Although we don't believe in timing the market or panicking over daily movements, we do like to keep an eye on market changes -- just in case they're material to our investing thesis.

So far this morning, the Dow Jones Industrials (^DJI 0.34%) are gaining ground from their recent declines, with the average up 88 points as of 11 a.m. EST. Yet even today's gains haven't put an appreciable dent in the decline the Dow has suffered in January, and emerging markets have performed even worse, with the iShares MSCI Emerging Markets ETF (EEM 0.44%) and Vanguard FTSE Emerging Markets ETF (VWO 0.72%) both down between 8% and 9% for the month -- including gains from this morning. As justifiable as investors' fears seem to be about emerging markets, the real question is why they're getting so much attention now -- after more than a year of terrible performance.

Lost in the noise
The stock market had an extraordinary year in 2013, with the Dow soaring 26.5% and broader U.S. market benchmarks posting even more impressive performances. As a result, it was easy for investors to ignore lagging areas of the market, as long as they didn't produce dramatic losses. That's what happened last year with emerging markets, as the iShares and Vanguard ETFs lost between 3% and 5% -- a swing of about 30 percentage points.

The fact that the disparity in returns between the U.S. and emerging markets has lasted for so long leads us back to the question of why this has been a worry for investors at this point. In all likelihood, it's because unlike last year, the Dow hasn't produced a positive return in 2014, and so investors are looking more closely at the causes and pinning the blame on areas producing the most negative financial news.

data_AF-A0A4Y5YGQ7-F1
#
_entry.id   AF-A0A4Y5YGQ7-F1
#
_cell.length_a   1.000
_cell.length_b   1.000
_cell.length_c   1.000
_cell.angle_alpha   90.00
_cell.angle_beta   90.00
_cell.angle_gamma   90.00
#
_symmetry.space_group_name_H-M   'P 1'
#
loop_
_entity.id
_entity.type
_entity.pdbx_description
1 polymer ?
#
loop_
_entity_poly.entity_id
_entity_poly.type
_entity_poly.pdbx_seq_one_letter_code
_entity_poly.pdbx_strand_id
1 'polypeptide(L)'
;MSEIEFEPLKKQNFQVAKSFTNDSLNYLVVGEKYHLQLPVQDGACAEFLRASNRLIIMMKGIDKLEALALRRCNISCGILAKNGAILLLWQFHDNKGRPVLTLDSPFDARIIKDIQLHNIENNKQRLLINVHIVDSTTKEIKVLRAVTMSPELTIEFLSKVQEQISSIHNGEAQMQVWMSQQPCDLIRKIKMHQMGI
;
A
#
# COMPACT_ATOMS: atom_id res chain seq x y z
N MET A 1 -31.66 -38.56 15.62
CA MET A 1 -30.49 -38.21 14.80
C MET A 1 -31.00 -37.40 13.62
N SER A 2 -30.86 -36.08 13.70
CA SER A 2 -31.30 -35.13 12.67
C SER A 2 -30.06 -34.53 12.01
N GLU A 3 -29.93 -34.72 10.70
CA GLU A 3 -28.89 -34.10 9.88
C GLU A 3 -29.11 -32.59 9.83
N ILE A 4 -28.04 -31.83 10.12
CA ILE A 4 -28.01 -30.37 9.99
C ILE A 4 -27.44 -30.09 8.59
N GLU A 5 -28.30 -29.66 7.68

Some Dow components have felt the pressure from weak emerging markets for a long time. Caterpillar's (CAT 1.58%) poor performance over the past two years has stemmed from the near-disappearance of demand from China for construction and mining equipment, in the face of dramatic price declines for commodities and a drop-off in construction and infrastructure activity. McDonald's (MCD -0.41%) has also been flat since early 2012, with its exposure to emerging markets such as China failing to produce the growth that investors had counted on to offset sluggishness in the U.S. and other more mature sectors.

The conclusion investors should draw is that the drop in emerging markets in 2013 was relatively quiet, but further losses in 2014 won't fly under the radar unless the Dow ignores their negative pressure on global markets and posts positive returns. What happens to emerging-market economies this year could justify investors' concern, but value-conscious investors should remain ready to pounce on opportunities that could arise if the news from the emerging-market world turns out not to be as negative as many fear.